More than 1,000 Oklahoma babies are receiving a $1,000 jumpstart on saving for college thanks to SEED for Oklahoma Kids (SEED OK), a seven-year study designed to determine the economic and educational impact of “seeding” a college savings account for children at birth. SEED OK, announced June 3 by Governor Brad Henry and State Treasurer Scott Meacham, is a collaboration between the Oklahoma State Treasurer and the Center for Social Development (CSD) at the George Warren Brown School of Social Work at Washington University in St. Louis.
Lisa Creed of Edmond, Okla., says the $1,000 for her baby, Samuel, was the kick-start she needed to start saving for her children’s college education. She and her husband have talked about saving for college for their four children ages 6, 4, 2 and 11-months, but until now had not taken the actual steps to open an account.
“This definitely got us started. When you’re busy as parents you say ‘yeah we need to set up something,’ but your life is hectic and you just don’t get around to it,” says Creed. “Being chosen to receive this SEED money made us take the time to fill out the paperwork and even put some additional money in an account for our son Samuel.”
In late 2005 Oklahoma was chosen for the study through a competitive bid process. Beginning last year 2,708 randomly selected Oklahoma families with newborns agreed to participate. Half of the newborns in these families received $1,000 in a special SEED OK account in the Oklahoma College Savings Plan. Families can also make additional deposits in their own accounts. As part of the study, these deposits may be matched with up to $250 per year for four years, depending on income eligibility. The other half of the children received no money, but their parents will participate in the study by completing periodic interviews about their saving behaviors.
“To be chosen among a contingent of states who competitively bid for this project is an incredible honor for Oklahoma and puts us on the forefront of influencing policy to increase the number of people attending college,” says Meacham. “It’s also an amazing opportunity for Oklahoma families participating in the study to get a head start on saving for their child’s college education.”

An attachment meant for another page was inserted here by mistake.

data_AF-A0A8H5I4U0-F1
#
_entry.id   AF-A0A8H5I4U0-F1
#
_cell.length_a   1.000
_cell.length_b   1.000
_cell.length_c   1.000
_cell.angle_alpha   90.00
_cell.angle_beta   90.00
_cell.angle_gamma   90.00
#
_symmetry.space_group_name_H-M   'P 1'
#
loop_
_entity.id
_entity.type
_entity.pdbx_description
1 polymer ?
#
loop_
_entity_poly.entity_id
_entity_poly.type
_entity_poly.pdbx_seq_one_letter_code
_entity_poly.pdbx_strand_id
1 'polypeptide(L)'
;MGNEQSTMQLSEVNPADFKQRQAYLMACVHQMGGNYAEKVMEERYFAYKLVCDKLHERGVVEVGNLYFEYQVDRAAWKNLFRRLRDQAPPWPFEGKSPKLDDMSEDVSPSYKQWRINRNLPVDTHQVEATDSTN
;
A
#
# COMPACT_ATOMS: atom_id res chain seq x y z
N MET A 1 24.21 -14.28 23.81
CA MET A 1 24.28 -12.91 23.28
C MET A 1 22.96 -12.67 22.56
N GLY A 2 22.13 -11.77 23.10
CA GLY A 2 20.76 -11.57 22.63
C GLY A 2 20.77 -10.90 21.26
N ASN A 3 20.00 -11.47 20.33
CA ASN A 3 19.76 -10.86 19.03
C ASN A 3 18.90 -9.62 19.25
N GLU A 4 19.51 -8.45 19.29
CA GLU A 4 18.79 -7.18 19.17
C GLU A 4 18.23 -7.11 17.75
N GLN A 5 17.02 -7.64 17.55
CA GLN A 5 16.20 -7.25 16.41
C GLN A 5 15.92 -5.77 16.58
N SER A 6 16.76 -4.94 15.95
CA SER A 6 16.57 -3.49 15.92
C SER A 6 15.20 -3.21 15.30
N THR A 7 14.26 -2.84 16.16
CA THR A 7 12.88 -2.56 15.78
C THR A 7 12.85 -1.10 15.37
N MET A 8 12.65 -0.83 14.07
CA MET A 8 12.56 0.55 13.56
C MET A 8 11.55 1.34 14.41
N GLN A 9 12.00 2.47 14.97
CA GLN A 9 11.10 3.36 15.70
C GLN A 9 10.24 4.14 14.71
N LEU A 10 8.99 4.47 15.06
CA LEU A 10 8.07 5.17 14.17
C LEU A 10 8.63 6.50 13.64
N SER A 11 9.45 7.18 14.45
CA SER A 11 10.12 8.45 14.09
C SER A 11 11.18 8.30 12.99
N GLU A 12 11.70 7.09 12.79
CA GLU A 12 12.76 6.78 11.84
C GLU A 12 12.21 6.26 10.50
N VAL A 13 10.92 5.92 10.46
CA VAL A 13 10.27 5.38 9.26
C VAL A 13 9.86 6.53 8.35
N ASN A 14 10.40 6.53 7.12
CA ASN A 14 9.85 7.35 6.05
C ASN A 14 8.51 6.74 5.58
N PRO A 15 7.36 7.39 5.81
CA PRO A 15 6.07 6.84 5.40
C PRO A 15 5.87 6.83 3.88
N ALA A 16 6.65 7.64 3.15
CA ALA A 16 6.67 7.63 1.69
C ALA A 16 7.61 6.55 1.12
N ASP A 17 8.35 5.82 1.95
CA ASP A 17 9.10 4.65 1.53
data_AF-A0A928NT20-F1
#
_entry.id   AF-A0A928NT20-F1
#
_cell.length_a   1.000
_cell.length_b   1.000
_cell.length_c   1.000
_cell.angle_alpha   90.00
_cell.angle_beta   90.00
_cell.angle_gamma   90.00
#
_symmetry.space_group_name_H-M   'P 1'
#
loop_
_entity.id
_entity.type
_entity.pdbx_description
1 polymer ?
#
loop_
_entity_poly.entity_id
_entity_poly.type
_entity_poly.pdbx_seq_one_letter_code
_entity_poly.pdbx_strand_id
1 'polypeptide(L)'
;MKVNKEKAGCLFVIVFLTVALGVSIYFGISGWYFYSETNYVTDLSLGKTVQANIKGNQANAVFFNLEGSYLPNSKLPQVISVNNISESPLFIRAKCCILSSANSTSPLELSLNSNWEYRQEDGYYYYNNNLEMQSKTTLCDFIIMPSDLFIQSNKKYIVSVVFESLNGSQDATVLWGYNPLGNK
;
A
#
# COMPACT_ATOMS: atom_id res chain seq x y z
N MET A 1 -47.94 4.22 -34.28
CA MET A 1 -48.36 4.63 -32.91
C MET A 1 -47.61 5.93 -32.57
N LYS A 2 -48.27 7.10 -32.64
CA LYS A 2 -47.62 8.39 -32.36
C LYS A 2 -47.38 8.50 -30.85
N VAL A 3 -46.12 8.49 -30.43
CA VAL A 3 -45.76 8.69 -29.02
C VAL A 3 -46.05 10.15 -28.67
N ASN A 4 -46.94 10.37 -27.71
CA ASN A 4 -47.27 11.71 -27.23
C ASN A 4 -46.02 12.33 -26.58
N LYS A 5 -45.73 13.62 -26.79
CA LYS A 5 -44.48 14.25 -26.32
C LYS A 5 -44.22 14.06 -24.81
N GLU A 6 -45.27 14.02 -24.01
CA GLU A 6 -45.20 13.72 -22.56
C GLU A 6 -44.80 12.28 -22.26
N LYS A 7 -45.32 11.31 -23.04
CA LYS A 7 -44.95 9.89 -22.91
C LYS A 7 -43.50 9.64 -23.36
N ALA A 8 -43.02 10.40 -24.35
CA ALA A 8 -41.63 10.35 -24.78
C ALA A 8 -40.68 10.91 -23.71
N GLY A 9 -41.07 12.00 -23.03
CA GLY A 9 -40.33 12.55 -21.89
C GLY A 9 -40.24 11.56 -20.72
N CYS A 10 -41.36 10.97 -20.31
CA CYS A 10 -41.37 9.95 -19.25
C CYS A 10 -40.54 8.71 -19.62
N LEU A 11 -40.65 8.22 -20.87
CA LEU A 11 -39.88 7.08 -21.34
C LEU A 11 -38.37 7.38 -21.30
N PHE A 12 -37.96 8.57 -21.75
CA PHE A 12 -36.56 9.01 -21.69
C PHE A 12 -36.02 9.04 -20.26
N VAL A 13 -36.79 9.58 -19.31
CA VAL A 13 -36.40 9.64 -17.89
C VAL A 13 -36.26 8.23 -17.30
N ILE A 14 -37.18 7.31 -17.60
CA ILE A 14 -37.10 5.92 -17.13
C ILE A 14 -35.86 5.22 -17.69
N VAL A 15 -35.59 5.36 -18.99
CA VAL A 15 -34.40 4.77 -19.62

Michael Sherraden, Ph.D., founder and director of CSD and creator of individual development accounts, or IDAs, which are matched-savings programs that work similar to a 401(k), says the results of the SEED OK study could impact state and national policies aimed at creating child development accounts at birth.
“The theory behind SEED OK is to determine how saving and accumulating assets within a household affects the family and educational achievement of children,” says Sherraden. “For instance, we anticipate that having an account for college education will lead parents to think positively about college opportunities for their children. Maybe they will be more likely to turn off the TV and read to their young children. We will be asking these questions. Research results will inform future policy for child development accounts, not only in Oklahoma, but in many other states as well. If results are positive, the policy goal will be to have an account for every newborn in the nation.”
Sherraden adds that Oklahoma was chosen due to the diversity of its population, the strong working relationships between Treasurer Meacham and other state agencies such as the State Health Department, excellent features of the Oklahoma 529 College Savings Plan, and commitment to the SEED OK policy innovation and research.
“We are excited by the prospect that the SEED OK study will help craft national policy for asset-building among children, youth and families,” says Governor Brad Henry. “Seeding of college savings accounts has the potential to go a long way toward ensuring that children become true stakeholders in America’s economic future.”
Meacham says the first round of study participants received the $1,000 deposit into a state-owned account in December of last year. The second round of participants received notice of the $1,000 account last month. But the study is offering an additional incentive to participants: for those who open their own Oklahoma College Savings Plan account by August 31, 2008, the state will deposit the $100 minimum initial contribution for them.
The Ford Foundation provided early support for the launch of SEED for Oklahoma Kids and is now the major funder. Additional support is provided by the Charles Stewart Mott Foundation and Lumina Foundation for Education. RTI International is the study’s survey research firm.
SEED OK is part of a larger initiative called Saving for Education, Entrepreneurship, and Downpayment (SEED), which is designed to inform a policy that would create accounts beginning at birth for all children in the United States. Other projects in SEED include community-based studies and state and federal policy projects. Partners in SEED include CFED, the University of Kansas School of Social Welfare, the New America Foundation, and the Initiative on Financial Security of the Aspen Institute.
Editor’s note: Complete video coverage of this news conference will be available after 5p.m. CST on June 3rd. To view this video footage, please visit State Treasurer Scott Meacham’s web site at
http://www.ok.gov/treasurer/SEED_for_Oklahoma_Kids/index.html and follow the instructions provided. The video footage of this news conference will be archived through July 31, 2008.